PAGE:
But investors set aside some worries about financial companies even as analysts predict that the tests — designed to determine which banks would need more cash if the recession worsens — will show that several banks need more capital.
The Financial Times reported Sunday that Citigroup Inc. and Bank of America Corp. are working on plans to raise more than $10 billion each as they negotiate with regulators over the findings of the stress tests.
Citigroup declined to comment, and a Bank of America spokesman called the report "completely inaccurate." Citi rose 23 cents, or 7.7 percent, to $3.20, while Bank of America jumped $1.68, or 19.3 percent, to $10.38.
Investors shrugged off word that regulators told Wells Fargo & Co. to shore up its finances after the "stress tests" showed the bank would have trouble surviving a deeper recession.
Wells Fargo is one of several banks regulators will force to have larger capital buffers to protect them against possible future losses, according to two people familiar with the matter who spoke to The Associated Press on condition of anonymity because of the sensitivity of the process. The company declined to comment.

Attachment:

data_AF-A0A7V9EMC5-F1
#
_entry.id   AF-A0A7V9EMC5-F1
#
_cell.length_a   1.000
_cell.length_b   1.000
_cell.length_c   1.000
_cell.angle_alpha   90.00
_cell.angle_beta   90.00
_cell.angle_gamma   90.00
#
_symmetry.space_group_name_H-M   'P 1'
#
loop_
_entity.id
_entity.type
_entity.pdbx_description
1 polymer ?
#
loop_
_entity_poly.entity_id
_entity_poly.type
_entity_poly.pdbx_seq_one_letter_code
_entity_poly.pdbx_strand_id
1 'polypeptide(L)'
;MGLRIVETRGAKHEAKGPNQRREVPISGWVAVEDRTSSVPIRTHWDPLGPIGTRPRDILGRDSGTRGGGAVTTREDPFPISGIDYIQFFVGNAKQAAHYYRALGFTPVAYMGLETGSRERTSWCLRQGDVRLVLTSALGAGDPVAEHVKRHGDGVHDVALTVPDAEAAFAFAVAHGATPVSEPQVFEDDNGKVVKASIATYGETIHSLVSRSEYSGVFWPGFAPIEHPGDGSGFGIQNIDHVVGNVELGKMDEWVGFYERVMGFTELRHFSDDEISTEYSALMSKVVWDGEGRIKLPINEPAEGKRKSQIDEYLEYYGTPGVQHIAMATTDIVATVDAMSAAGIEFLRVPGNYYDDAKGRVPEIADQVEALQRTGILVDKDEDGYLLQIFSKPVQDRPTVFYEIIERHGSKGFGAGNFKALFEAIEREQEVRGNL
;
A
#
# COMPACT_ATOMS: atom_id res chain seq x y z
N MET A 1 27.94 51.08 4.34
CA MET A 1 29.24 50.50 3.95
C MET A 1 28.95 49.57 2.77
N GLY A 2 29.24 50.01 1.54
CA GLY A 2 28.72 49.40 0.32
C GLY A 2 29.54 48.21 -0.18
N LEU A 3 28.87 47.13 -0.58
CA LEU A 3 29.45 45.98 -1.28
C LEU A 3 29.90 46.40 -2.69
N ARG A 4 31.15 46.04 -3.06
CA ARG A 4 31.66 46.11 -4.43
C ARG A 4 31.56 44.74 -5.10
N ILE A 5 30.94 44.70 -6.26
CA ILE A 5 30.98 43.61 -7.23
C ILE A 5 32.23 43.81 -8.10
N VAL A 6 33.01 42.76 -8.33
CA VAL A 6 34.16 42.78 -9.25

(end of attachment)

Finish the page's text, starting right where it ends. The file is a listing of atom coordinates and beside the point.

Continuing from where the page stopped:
Wells Fargo rose $4.64, or 23.7 percent, to $24.25.
In other trading, the Russell 2000 index of smaller companies rose 19.84, or 4.1 percent, to 506.82.
About five stocks rose for every one that fell on the New York Stock Exchange, where consolidated volume came to 6.9 billion shares compared with 5.2 billion shares traded Friday.
The economic reports and a big purchase of government debt by the Federal Reserve left bonds little changed. The yield on the benchmark 10-year Treasury note slipped to 3.16 percent from 3.17 percent late Friday.
The dollar was mixed against other major currencies, while gold prices rose.
Light, sweet crude rose $1.27 to settle at $54.47 on the New York Mercantile Exchange.
Overseas, Germany's DAX rose 2.8 percent and France's CAC-40 gained 2.5 percent. Markets in Japan and London were closed for holidays.